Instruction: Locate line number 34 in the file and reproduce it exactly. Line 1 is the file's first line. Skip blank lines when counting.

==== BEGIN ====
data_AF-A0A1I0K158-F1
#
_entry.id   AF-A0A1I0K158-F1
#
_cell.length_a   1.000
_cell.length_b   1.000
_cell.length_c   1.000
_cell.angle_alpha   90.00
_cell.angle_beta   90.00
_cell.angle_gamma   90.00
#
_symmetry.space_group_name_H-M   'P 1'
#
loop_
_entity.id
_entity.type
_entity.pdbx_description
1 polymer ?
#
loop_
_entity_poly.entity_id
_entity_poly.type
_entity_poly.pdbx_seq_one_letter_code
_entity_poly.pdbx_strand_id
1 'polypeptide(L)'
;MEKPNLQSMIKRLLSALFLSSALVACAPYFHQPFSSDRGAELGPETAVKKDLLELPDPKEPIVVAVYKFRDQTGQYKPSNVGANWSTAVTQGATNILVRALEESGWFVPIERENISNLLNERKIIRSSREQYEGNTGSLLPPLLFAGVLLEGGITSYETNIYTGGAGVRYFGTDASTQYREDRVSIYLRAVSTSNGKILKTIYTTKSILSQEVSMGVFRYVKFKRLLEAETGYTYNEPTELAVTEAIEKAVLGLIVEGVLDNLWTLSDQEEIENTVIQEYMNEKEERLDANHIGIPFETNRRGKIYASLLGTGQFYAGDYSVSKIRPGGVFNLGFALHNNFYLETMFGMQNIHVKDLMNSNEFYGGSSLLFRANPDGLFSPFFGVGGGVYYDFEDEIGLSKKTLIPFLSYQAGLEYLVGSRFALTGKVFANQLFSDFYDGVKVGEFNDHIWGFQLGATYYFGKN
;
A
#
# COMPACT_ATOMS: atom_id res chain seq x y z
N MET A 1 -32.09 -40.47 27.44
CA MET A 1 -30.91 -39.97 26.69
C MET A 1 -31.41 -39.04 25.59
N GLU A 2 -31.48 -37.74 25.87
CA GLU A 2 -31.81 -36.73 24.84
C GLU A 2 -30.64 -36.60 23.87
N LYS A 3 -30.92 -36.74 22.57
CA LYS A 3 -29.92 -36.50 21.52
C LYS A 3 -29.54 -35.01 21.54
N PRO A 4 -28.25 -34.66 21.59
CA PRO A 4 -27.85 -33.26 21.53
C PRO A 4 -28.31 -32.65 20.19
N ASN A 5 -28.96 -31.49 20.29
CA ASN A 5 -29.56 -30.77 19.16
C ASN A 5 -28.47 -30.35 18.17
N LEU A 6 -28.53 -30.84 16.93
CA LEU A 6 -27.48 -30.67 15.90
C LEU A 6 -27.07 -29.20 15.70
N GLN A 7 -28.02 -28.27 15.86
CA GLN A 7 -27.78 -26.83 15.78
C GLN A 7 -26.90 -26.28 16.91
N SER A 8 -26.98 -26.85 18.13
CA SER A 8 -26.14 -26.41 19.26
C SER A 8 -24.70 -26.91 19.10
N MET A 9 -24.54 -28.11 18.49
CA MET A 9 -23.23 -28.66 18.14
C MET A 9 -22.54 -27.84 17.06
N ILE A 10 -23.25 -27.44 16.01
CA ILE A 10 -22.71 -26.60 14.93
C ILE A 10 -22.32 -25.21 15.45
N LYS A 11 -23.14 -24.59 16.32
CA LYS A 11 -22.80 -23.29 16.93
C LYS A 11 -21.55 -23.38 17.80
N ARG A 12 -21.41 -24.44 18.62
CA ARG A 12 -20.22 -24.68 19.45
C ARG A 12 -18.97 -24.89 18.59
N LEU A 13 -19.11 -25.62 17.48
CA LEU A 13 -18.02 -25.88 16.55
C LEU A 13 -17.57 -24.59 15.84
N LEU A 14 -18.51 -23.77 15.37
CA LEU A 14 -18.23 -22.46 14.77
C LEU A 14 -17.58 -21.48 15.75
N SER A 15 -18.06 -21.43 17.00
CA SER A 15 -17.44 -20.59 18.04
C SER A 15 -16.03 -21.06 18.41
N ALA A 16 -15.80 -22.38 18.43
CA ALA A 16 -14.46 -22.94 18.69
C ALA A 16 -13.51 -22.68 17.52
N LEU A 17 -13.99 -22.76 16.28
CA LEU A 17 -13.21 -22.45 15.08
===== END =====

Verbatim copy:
N GLU A 2 -31.48 -37.74 25.87